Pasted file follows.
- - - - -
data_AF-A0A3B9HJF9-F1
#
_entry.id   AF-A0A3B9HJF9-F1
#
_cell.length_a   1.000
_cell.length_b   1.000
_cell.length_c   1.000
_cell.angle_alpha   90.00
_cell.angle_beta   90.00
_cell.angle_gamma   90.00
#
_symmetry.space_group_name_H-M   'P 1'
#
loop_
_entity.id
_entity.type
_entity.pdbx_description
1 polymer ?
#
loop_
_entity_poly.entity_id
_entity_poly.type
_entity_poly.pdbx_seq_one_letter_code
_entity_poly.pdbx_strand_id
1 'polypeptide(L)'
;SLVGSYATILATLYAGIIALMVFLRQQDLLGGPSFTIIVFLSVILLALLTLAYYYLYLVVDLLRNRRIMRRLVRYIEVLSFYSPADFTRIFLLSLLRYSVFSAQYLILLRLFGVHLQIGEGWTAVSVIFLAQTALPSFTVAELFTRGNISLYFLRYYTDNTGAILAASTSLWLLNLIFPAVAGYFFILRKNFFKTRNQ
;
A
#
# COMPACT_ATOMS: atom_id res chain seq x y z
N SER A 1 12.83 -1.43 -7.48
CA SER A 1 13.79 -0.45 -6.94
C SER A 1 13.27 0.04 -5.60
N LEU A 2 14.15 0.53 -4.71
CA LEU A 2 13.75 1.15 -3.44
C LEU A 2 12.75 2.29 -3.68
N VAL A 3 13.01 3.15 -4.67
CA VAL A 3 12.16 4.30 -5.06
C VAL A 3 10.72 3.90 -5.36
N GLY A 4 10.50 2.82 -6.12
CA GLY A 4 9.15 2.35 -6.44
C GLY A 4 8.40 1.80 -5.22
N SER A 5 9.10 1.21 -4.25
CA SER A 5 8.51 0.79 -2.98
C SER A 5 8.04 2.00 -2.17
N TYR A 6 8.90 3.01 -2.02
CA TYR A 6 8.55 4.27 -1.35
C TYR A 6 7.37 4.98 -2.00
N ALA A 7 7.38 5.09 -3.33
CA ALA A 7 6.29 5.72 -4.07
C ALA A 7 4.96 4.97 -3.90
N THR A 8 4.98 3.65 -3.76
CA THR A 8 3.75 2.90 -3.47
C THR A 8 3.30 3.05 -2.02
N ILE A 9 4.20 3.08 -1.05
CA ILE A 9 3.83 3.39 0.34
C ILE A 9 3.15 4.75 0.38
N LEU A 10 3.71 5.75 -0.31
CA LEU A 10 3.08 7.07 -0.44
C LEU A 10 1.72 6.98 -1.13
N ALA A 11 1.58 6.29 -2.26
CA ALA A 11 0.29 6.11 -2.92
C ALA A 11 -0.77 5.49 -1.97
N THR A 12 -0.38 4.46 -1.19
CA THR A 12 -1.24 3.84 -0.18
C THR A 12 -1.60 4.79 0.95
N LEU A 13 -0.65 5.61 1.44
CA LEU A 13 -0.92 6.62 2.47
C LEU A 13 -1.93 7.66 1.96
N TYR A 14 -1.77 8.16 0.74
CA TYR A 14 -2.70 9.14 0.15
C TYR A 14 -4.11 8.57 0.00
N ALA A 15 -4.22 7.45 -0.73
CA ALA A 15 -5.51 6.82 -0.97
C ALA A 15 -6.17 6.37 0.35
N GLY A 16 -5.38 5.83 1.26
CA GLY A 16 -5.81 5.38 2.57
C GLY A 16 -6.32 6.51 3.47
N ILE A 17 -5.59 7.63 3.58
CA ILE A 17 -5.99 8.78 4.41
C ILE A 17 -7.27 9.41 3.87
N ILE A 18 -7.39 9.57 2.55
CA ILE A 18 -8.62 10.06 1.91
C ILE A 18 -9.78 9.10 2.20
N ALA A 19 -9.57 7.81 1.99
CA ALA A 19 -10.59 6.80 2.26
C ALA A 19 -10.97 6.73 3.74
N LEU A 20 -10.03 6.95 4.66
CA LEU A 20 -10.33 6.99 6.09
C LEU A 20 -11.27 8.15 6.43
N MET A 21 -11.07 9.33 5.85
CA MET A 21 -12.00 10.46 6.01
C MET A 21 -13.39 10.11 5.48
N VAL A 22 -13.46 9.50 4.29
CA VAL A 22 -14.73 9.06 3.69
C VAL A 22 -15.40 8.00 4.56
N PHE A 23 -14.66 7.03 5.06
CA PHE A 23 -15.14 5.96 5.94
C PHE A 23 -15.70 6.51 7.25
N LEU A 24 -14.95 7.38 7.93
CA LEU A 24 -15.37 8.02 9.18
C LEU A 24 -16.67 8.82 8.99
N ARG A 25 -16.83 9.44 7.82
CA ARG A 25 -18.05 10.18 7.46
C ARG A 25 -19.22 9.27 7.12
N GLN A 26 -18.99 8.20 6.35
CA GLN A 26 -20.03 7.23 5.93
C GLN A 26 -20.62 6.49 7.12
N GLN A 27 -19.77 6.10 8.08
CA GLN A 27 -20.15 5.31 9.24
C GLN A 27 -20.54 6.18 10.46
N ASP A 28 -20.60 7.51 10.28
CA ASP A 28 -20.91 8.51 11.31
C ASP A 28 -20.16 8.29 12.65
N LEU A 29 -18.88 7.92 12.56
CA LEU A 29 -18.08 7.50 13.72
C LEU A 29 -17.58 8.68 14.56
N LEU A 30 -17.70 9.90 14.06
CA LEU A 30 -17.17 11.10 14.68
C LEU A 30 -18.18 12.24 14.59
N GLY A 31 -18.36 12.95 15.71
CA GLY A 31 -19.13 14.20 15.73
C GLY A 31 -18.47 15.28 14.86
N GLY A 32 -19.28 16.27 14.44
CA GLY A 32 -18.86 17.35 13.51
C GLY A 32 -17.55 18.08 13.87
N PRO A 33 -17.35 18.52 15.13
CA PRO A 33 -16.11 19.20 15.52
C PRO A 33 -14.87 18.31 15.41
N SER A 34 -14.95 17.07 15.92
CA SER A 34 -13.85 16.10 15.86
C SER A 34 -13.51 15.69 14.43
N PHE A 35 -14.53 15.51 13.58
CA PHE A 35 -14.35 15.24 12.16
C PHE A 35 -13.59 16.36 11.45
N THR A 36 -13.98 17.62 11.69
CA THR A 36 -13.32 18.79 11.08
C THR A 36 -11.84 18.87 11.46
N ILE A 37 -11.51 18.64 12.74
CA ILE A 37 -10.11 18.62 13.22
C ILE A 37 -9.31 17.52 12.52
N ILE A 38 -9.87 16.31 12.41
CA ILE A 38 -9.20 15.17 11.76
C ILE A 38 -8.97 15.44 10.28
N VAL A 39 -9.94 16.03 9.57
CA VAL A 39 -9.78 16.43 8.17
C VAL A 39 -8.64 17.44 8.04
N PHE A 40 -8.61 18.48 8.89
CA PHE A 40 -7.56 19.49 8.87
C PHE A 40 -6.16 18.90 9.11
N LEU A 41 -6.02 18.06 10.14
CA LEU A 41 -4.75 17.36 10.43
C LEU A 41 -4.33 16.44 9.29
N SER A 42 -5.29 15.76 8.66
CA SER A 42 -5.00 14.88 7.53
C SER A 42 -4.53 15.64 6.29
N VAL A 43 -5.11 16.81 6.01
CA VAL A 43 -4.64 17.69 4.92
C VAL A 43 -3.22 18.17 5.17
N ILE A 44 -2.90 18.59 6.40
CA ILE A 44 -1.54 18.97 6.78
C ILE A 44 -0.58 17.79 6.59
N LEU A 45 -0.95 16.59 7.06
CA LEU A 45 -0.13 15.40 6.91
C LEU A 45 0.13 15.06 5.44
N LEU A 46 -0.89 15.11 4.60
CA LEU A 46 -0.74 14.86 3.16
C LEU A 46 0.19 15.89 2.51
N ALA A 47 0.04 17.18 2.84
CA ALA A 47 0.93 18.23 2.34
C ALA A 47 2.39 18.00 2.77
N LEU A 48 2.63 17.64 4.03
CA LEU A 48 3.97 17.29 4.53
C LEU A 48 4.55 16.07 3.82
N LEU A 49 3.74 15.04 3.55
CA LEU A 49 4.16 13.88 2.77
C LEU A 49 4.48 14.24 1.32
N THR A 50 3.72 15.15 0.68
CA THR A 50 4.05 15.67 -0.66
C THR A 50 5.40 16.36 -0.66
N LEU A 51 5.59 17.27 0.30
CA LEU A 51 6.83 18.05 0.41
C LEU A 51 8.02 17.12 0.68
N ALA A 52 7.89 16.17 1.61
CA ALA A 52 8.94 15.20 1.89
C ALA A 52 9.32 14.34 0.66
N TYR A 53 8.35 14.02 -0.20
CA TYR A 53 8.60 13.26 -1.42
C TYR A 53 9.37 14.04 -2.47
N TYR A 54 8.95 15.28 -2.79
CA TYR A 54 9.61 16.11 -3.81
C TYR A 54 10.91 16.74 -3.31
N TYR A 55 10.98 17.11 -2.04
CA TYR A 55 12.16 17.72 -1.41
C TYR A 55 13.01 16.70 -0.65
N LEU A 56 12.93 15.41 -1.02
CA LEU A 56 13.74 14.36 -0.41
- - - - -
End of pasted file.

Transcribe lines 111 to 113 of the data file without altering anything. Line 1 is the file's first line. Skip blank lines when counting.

C GLN A 27 -20.54 6.18 10.46
N ASP A 28 -20.60 7.51 10.28
CA ASP A 28 -20.91 8.51 11.31